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St Mary, Kilpeck, Herefordshire

Location
(51°58′12″N, 2°48′33″W)
Kilpeck
SO 445 305
pre-1974 traditional (England and Wales) Herefordshire
now Herefordshire
medieval Llandaff
now Hereford
medieval St David
now St David and St Mary
  • Ron Baxter

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Description

Kilpeck church is a three-cell building consisting of nave, chancel and rib-vaulted apse, all dating from the 12thc. At the west end of the nave is a wooden gallery including material dating from the 16thc. to the 19thc. There is no record to show when it was erected. The church is constructed of old red sandstone blocks; irregular in size and shape in the nave and chancel but of regularly coursed squared ashlar in the apse, which was refurbished by Cottingham in 1846 at the same time as its roofline was lowered. The walls are supported by flat, slender pilaster buttresses of ashlar, dividing the nave into three bays, the chancel into two, and the apse into one straight bay and three curved ones. There is no pilaster buttress at the NE angle of the nave, although traces of one remain at the top of the wall. Below, the angle is of long and short quoins and the nave wall to the N of the angle is of masonry different to that of the rest of the nave wall, sloping inwards so that it dies into the wall just below the level of the original nave window sills. This section of wall is on a slightly different line to the rest of the nave wall. Its interpretation, as a vestige of an earlier church on the site or as a later rebuilding, is discussed in section VIII. Over the west gable of the nave is a gabled double bell-cote; also part of the 1846 restoration.

Kilpeck is generally considered the jewel of the Herefordshire school of Romanesque sculpture; for its completeness, its virtuosity and its remarkable state of preservation. The south nave doorway, with a Tree of Life tympanum and richly carved jambs and arch orders, was protected by a wooden porch of unknown date until 1868. It has never been replaced, but a lead mantle was installed around the label in 1962 to prevent water penetration. The great west window is also elaborately carved. Of the other windows, those in bay 2 of the north nave wall, bay 1 of the south nave wall and the three curved bays of the apse are original. The south window of the chancel is 13thc., but two 12thc. corbels have been reused as label stops (described in section III.3.c.vii). A corbel table runs around the entire church, originally consisting of 91 corbels, most of which survive in excellent condition. They depict human and animal heads, birds, beasts and obscene subjects, some in a simple, almost cartoon-like style, others with classicising features, and all very easy to read since the eaves are not high. In addition there are projecting dragons' heads at the tops of the buttresses at the NW, SW and SE angles of the nave and in the centre of the west facade, all at the level of the corbel table.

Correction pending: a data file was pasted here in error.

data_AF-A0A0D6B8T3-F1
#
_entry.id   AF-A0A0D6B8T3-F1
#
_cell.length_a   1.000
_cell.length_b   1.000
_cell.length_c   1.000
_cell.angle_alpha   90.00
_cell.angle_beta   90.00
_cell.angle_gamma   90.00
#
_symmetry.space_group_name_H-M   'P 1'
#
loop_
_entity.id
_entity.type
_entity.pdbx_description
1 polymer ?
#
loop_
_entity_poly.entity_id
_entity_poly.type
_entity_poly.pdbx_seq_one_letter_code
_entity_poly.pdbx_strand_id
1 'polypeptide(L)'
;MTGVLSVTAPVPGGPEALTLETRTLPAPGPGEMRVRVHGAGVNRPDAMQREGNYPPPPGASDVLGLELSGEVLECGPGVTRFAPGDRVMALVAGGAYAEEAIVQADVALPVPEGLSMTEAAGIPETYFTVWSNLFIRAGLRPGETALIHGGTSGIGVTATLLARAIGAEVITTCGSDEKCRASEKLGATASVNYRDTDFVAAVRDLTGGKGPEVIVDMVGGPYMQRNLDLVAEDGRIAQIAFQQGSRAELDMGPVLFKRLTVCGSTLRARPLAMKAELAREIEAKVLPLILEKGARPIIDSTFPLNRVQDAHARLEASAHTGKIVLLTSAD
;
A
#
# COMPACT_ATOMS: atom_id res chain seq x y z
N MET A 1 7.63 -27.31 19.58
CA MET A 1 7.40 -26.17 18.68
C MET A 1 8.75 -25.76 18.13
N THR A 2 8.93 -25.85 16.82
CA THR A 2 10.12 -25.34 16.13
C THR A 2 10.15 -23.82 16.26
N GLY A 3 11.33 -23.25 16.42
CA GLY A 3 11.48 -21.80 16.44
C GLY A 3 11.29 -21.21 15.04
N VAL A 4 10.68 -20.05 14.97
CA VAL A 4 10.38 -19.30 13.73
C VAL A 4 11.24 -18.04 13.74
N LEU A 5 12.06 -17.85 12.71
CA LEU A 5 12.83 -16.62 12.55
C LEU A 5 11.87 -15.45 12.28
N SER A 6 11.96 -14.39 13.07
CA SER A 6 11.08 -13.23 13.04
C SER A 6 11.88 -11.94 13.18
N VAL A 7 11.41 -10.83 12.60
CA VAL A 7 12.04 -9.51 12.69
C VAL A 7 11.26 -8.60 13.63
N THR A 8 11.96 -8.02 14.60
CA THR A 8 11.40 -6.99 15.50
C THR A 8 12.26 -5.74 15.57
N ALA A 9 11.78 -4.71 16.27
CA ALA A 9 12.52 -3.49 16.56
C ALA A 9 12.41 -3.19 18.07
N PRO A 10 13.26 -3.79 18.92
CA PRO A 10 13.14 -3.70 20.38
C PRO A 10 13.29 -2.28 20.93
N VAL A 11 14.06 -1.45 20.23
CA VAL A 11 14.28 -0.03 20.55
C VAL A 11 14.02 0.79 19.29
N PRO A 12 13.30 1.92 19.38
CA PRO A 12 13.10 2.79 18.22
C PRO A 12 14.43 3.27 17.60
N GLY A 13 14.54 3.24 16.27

Inside, the chancel arch has jamb-figures and chevron- and lozenge-decorated arch orders. The apse arch is plain, but the apse vault ribs are chevron-decorated, the vault boss is carved with lion heads, and there is sculpture on the inside of the apse windows. The font has an enormous plain bowl of conglomerate, and the church also contains a holy water stoup, imported from elsewhere, with a carved bowl and base; and a rare font-stopper carved with basketweave.

The monochrome photographs of corbels were taken on a Courtauld Institute of Art photographic trip in 1970; the colour photography was carried out in March 2005.

History

The earliest notice of a church at Kilpeck is in the Book of Llandaff, which records that the church and its lands were given to that diocese c.650. Kilpeck remained part of the Llandaff diocese until the 1130s, when it was appropriated by Hereford. The manor was held by the Conqueror's kinsman William fitzNorman in 1086, and no church or priest was noted at that time. William's son Hugh de Kilpeck is usually credited with the building of the church. In 1134 a small Benedictine priory founded there was given to St Peter's, Gloucester, and the grant refers to the castle, held by Hugh, its chapel of St Mary and the church of St David. The lordship passed to Hugh's son, Henry and thence to his grandson, John. King John visited the castle in 1211, 1212 and 1214. By 1259 it was held by Robert de Walerand, who was granted two annual fairs and a Friday market by Henry III. These grants were renewed by Edward III in 1309, when the lord was Alan de Plogenet.

Benefice of Ewyas Harold with Dulas, Kenderchurch, Abbeydore, Bacton, Kentchurch, Llangua, Rowlstone, Llancillo, Walterstone, Kilpeck, St Devereux and Wormbridge.

Features

Exterior Features

Doorways

Windows

Exterior Decoration

Corbel tables, corbels
Miscellaneous

Interior Features

Arches

Chancel arch/Apse arches

Vaulting/Roof Supports

Furnishings

Fonts

Other

Loose Sculpture

Comments/Opinions